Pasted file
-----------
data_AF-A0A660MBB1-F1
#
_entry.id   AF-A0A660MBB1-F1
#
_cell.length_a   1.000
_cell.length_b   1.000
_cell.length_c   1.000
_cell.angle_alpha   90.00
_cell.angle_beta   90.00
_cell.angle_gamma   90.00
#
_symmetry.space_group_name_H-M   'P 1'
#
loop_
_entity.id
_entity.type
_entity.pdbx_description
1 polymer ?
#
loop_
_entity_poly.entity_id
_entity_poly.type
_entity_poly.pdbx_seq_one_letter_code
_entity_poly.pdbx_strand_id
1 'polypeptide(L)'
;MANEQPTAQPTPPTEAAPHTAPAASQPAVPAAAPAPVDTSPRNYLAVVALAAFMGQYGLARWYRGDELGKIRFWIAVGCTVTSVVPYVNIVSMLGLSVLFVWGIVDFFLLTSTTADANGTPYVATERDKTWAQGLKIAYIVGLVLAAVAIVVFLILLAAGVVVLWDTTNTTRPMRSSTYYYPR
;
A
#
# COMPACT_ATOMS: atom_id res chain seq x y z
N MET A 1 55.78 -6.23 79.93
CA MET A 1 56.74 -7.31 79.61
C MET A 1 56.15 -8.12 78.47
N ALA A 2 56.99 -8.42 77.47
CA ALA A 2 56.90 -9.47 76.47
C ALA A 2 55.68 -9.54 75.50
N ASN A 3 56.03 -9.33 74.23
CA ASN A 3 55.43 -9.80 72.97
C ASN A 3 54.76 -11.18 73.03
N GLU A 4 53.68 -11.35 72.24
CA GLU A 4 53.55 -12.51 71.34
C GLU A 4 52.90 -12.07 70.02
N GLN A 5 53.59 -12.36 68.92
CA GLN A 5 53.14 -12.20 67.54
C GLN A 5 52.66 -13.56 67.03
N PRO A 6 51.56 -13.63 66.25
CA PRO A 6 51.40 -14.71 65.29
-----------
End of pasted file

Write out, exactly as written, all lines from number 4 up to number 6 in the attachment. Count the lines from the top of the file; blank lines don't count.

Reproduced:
#
_cell.length_a   1.000
_cell.length_b   1.000